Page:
London is one of the most watched cities in the world: Its inhabitants are caught on camera about 300 times a day on average and the British capital has become a test bed for police use of live facial recognition. But the technology, which powers a multibillion-dollar market for security firms and building management, has troubling limitations. To show it up even more, a special team of human officers have, anecdotally, been doing a better job than the cameras.
London’s Metropolitan Police conducted 10 trials of live facial recognition between 2016 and 2019, using face-matching software from Japanese technology firm NEC and cameras mounted on surveillance vans and poles. But the system made positive matches in just 19 percent of the cases, according to an independent study of the trials by the University of Essex. The majority of the time, the software was wrong.
There were other problems, according to Pete Fussey, who co-authored the study. Police had what he called a “deference to the algorithm,” tending to agree with whatever the software suggested. “I saw that so many times,” he says. “I was in a police van and I remember people saying ‘If we’re not sure, we should just assume it’s a match.’” Fussey also never saw an officer’s assessments overturned if they agreed with the software. Instead, they were often overturned if they disagreed with the system.
A spokeswoman for the Met said that facial recognition searches “can be part of a careful investigative process with any match being an intelligence lead for the investigation to progress.” She declined to say how many arrests had been made as a result of the technology.
Fortunately, there may be a human answer. One evening during the trials, when officers were parked near a theater in Central London, their laptop beeped to show a person of interest nearby. Up popped a mugshot, alongside a still of the man who’d just walked past their cameras. The new camera image was grainy, and the officers mulled over whether it was a match. Then someone spoke up. “That’s not him. No way.” The officer was a visiting “super recognizer,” and he turned out to be correct.
Super recognizers make up a tiny team of London police who are human counterparts of facial recognition software. They literally never forget a face and are skilled at identifying people in a crowd. About 1 percent of the population have the ability, according to Josh Davis, an academic from the University of Greenwich who has studied super recognizers.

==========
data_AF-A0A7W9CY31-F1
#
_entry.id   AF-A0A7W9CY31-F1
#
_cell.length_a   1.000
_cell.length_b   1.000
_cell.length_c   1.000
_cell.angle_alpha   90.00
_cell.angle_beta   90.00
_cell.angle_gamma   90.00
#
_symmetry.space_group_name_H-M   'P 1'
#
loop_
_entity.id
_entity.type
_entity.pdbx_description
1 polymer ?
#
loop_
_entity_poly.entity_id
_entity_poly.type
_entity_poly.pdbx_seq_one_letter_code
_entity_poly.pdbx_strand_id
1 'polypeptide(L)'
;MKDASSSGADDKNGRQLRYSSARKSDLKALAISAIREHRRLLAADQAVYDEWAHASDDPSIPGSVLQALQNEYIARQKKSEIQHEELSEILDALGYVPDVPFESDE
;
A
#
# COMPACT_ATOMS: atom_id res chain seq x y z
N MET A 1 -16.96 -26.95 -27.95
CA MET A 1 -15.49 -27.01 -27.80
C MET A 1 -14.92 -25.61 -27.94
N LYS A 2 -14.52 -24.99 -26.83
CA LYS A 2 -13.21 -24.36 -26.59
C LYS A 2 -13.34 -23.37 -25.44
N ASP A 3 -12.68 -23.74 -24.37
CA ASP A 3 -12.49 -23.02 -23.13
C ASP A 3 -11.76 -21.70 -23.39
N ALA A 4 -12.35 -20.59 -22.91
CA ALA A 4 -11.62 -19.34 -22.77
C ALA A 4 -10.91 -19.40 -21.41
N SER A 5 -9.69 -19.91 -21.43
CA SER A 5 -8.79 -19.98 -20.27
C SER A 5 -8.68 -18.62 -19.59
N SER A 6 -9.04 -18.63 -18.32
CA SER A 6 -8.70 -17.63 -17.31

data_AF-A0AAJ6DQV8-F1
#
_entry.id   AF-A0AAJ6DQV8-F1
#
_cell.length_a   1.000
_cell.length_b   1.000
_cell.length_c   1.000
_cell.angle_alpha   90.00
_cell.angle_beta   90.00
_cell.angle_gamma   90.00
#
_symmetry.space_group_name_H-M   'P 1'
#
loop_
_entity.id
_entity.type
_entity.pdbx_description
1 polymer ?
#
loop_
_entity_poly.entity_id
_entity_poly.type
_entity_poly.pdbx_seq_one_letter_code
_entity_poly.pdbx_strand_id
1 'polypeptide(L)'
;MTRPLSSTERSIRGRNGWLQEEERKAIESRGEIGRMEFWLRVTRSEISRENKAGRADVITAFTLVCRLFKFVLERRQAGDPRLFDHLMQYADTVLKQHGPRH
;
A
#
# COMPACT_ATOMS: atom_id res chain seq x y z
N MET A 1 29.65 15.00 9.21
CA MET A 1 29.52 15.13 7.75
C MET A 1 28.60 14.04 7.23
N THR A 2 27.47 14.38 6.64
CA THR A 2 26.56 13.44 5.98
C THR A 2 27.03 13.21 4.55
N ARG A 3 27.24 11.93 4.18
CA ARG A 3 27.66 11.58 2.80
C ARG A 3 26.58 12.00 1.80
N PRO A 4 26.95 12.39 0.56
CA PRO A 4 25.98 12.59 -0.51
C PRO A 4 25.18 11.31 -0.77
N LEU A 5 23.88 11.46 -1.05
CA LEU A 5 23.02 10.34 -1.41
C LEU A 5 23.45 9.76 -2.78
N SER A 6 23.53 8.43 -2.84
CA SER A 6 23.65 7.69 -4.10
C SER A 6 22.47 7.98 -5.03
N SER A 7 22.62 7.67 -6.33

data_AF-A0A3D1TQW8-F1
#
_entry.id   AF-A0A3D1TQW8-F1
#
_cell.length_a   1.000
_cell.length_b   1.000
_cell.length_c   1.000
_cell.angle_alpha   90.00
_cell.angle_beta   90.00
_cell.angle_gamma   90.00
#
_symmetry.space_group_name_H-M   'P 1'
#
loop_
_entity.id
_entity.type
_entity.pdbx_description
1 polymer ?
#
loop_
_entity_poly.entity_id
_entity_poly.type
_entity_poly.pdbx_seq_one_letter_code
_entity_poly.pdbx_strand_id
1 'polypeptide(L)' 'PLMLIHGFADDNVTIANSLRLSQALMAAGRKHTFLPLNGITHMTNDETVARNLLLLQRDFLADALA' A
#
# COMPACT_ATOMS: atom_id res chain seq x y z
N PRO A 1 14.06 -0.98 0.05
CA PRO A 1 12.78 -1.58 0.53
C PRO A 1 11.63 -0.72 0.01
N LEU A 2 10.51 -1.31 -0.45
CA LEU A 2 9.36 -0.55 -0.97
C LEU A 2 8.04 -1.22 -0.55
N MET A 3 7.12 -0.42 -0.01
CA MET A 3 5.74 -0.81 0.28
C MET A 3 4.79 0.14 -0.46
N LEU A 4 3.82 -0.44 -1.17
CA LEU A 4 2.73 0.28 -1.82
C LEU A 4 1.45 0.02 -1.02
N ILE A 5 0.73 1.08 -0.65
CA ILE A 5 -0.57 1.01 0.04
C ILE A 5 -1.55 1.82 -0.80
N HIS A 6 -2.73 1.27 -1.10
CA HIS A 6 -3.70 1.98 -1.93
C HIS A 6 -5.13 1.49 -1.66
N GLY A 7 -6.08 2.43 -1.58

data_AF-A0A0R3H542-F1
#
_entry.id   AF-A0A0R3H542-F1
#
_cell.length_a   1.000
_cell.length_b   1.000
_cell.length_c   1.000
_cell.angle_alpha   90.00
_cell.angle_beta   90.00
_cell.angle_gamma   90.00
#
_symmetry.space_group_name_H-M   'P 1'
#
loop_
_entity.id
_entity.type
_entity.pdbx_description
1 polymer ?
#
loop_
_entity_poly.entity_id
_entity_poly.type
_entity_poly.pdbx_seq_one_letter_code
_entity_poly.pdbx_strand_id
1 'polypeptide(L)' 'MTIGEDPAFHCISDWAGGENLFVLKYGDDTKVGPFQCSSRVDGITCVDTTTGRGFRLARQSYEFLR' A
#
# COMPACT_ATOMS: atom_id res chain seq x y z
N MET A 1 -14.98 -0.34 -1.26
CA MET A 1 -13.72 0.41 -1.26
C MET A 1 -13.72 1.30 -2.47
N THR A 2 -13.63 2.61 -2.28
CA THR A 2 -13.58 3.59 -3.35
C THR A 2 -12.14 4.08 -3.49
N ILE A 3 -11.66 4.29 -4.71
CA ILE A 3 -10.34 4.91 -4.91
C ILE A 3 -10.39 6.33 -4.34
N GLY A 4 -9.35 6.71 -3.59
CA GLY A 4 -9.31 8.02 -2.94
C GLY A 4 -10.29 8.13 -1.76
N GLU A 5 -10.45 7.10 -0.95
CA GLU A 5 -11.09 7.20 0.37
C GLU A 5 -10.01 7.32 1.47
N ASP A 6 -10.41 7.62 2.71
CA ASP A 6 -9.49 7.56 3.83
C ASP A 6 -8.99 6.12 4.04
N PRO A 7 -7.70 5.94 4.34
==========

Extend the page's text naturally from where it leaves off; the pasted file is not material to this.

The Met’s super recognizers have worked as a dedicated unit for about a decade. They’ve had some highs -- a spate of positive press attention -- and some lows, including the time in 2019 when the UK’s Forensic Science Regulator dismissed their work as unscientific.
But Patrick O’Riordan, one of the first super recognizers on the Met, says that on a good week, each member of his team will positively identify 20-30 people on a watch list when reviewing video footage of robberies or while attending live events. In 2019, he helped stop more than a dozen pickpockets from entering a large music festival in London by spotting them in the crowds as they entered. His team also made about 20 positive matches of known gang members a day during 2019’s Notting Hill Carnival, one of London’s biggest annual events.
Compare that to the 11 matches from the cameras and software over four years.
Humans, of course, have their own biases and make mistakes too. And the prowess of O’Riordan and his team is anecdotal. With a lack of research into error rates, it’s unclear if super recognizers perform worse when, for instance, identifying people of different races. Facial recognition also has higher error rates for people with darker skin.
Replacing fallible technology with fallible humans isn’t the answer. But putting them together might be. Humans often babysit algorithms when the stakes are high. For instance, Meta Platforms (the new corporate name of Facebook) employs thousands of people to check its software’s ability to spot misinformation and hate speech -- and it should hire many more. Policing is as high-stakes as you can get, with the potential to ruin lives with every mistake. That means it needs to invest in more skilled people to oversee any new artificial intelligence tech it implements.
I disagree with the Met’s use of live facial recognition. It’s invasive and far too error-prone. But there’s no denying that the technology is growing -- venture capital investment in facial recognition has been steady over the past few years, according to Crunchbase. And smaller facial recognition players are also filling the vacuum left by Big Tech companies like Amazon.com and IBM who’ve stopped selling it.
If London’s police continue to use it -- which looks likely -- it should capitalize on its years of experience using staff to spot faces, since they are much less likely to “defer” to an algorithm than the officers who so often did during their live facial-recognition trial. To do otherwise is to divert too much power to machines. That usually doesn’t end well.
Parmy Olson is a Bloomberg Opinion columnist covering technology. -- Ed.